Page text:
• Thursday, April 25, 2024
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Tomie Balogun’s investment journey and how you can benefit from it

Tomie Balogun a

The Millennial Investor, Tomie Balogun is a Certified Financial Education Instructor, and CEO of the Green Investment Club. Balogun, in this interaction with Modestus Anaesoronye, gives insight into her investment journey, career tips, and key lessons on how to find a business, and also succeed in it.

Work with people who share your vision

When I got accepted for my MBA, I realised I wasn’t going to be earning steady income for 2 years and I had been working for 4 years and earning a good salary yet I had no significant savings to show for it. It was clear my personal finance habits had to change if I didn’t want to keep repeating the same cycle all my life.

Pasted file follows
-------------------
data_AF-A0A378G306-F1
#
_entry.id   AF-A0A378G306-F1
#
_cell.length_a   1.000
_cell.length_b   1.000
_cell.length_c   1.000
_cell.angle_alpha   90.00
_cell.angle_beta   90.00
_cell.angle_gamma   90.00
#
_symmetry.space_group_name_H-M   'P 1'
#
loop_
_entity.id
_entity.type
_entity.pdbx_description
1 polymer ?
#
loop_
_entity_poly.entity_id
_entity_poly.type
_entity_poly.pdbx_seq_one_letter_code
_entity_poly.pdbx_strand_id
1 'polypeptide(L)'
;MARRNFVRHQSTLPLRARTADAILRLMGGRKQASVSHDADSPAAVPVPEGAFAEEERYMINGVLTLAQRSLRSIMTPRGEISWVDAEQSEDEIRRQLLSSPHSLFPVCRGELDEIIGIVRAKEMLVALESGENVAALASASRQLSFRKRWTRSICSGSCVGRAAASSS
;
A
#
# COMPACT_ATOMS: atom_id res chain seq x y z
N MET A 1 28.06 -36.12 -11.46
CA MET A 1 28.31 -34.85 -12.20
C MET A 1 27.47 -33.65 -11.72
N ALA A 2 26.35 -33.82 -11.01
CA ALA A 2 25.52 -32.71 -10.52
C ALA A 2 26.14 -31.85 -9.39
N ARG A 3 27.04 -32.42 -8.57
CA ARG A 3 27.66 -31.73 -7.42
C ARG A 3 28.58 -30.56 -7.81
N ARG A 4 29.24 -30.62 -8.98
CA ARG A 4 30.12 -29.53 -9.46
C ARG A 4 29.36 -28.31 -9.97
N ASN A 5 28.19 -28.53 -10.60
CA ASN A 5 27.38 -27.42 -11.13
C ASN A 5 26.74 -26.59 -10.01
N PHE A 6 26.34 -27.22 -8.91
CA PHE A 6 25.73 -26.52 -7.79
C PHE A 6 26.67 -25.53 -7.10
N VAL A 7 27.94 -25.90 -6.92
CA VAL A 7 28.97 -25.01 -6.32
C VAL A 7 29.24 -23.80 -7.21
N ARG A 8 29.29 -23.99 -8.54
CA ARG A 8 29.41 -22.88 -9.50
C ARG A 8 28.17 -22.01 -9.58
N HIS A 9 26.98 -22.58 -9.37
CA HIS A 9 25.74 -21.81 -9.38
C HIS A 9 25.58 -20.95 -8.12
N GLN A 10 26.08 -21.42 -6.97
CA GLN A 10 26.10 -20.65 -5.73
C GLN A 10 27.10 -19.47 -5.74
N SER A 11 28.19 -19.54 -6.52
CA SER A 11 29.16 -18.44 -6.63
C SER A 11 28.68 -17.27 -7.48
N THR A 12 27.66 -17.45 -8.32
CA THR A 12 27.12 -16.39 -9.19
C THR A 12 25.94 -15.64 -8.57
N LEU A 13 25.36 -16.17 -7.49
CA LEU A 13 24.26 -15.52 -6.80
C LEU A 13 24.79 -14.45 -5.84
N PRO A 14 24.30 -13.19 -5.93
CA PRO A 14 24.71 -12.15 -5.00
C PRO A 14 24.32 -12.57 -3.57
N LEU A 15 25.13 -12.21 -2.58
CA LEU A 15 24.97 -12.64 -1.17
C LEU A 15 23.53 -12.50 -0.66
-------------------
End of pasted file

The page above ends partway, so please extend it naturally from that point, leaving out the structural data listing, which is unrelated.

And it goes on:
Thankfully, I found like-minded friends who were my MBA class mates at the time who shared the same sentiments. We decided to start an investment club for 4 key reasons; to pool our individual funds together so we could have a lot more cash to invest, to get access to bigger investment opportunities, to share the rewards and risks of investing together and to hold ourselves accountable to our financial goals.

Your story will always be an inspiration to someone

I started my personal blog where I shared about various themes in 2014. In one of my blog posts, I shared about starting an investment club and I got so many questions; that was when I knew there were others in the same boat as I was when I started who really needed information on how to get their finances in order and make investment decisions in Nigeria. One blog post led to another and I received requests for a workshop. This led to me holding multiple workshops where I shared my practical investment experience and invited experts to share as well.